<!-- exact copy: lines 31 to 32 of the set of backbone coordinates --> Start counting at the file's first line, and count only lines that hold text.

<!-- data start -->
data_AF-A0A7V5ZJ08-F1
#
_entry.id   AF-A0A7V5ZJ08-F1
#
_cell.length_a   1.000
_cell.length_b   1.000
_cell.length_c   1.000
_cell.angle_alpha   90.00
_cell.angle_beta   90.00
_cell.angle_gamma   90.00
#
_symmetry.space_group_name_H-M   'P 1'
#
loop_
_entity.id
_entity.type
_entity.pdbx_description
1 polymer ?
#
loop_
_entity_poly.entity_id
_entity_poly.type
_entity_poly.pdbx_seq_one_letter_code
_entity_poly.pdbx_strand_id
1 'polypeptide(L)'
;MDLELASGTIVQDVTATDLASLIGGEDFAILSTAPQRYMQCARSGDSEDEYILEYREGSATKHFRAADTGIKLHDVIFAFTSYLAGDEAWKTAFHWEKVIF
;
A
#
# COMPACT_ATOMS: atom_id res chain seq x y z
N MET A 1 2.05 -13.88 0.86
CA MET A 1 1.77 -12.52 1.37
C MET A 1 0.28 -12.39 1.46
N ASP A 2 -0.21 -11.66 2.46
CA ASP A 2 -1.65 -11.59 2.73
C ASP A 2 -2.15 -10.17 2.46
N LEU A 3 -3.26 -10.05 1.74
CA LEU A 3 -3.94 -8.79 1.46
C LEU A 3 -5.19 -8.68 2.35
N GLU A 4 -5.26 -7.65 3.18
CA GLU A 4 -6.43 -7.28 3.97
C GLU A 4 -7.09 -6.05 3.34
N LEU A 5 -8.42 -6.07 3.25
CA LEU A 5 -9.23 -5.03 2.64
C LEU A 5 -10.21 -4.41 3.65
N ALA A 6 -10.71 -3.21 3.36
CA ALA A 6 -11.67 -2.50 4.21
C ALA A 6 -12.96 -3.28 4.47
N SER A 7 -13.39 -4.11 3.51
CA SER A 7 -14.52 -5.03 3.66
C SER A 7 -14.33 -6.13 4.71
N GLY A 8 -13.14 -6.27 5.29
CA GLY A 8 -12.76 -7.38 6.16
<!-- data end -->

N MET A 1 2.05 -13.88 0.86
CA MET A 1 1.77 -12.52 1.37